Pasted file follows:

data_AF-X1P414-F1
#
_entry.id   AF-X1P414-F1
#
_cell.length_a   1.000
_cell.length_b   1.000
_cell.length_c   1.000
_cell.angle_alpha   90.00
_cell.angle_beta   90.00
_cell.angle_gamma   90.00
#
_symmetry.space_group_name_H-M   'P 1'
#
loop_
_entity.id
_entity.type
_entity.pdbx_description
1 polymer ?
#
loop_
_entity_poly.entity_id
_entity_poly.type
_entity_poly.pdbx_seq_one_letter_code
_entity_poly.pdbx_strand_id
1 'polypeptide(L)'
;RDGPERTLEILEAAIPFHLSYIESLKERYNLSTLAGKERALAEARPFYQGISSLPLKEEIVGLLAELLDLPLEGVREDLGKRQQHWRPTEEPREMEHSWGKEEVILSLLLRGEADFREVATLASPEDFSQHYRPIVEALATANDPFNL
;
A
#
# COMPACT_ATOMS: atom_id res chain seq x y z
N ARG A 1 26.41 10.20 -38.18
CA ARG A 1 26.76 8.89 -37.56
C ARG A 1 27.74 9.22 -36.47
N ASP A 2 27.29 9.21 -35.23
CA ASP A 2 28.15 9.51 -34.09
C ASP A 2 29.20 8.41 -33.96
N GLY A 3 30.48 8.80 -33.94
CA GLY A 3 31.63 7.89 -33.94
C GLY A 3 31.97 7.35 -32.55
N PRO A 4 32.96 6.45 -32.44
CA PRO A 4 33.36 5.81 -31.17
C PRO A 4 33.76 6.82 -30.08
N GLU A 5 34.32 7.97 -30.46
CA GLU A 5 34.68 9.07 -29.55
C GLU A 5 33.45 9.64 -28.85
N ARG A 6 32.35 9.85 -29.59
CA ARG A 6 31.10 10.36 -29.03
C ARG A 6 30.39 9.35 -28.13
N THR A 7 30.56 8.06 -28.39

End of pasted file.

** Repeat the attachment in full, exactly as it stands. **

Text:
data_AF-X1P414-F1
#
_entry.id   AF-X1P414-F1
#
_cell.length_a   1.000
_cell.length_b   1.000
_cell.length_c   1.000
_cell.angle_alpha   90.00
_cell.angle_beta   90.00
_cell.angle_gamma   90.00
#
_symmetry.space_group_name_H-M   'P 1'
#
loop_
_entity.id
_entity.type
_entity.pdbx_description
1 polymer ?
#
loop_
_entity_poly.entity_id
_entity_poly.type
_entity_poly.pdbx_seq_one_letter_code
_entity_poly.pdbx_strand_id
1 'polypeptide(L)'
;RDGPERTLEILEAAIPFHLSYIESLKERYNLSTLAGKERALAEARPFYQGISSLPLKEEIVGLLAELLDLPLEGVREDLGKRQQHWRPTEEPREMEHSWGKEEVILSLLLRGEADFREVATLASPEDFSQHYRPIVEALATANDPFNL
;
A
#
# COMPACT_ATOMS: atom_id res chain seq x y z
N ARG A 1 26.41 10.20 -38.18
CA ARG A 1 26.76 8.89 -37.56
C ARG A 1 27.74 9.22 -36.47
N ASP A 2 27.29 9.21 -35.23
CA ASP A 2 28.15 9.51 -34.09
C ASP A 2 29.20 8.41 -33.96
N GLY A 3 30.48 8.80 -33.94
CA GLY A 3 31.63 7.89 -33.94
C GLY A 3 31.97 7.35 -32.55
N PRO A 4 32.96 6.45 -32.44
CA PRO A 4 33.36 5.81 -31.17
C PRO A 4 33.76 6.82 -30.08
N GLU A 5 34.32 7.97 -30.46
CA GLU A 5 34.68 9.07 -29.55
C GLU A 5 33.45 9.64 -28.85
N ARG A 6 32.35 9.85 -29.59
CA ARG A 6 31.10 10.36 -29.03
C ARG A 6 30.39 9.35 -28.13
N THR A 7 30.56 8.06 -28.39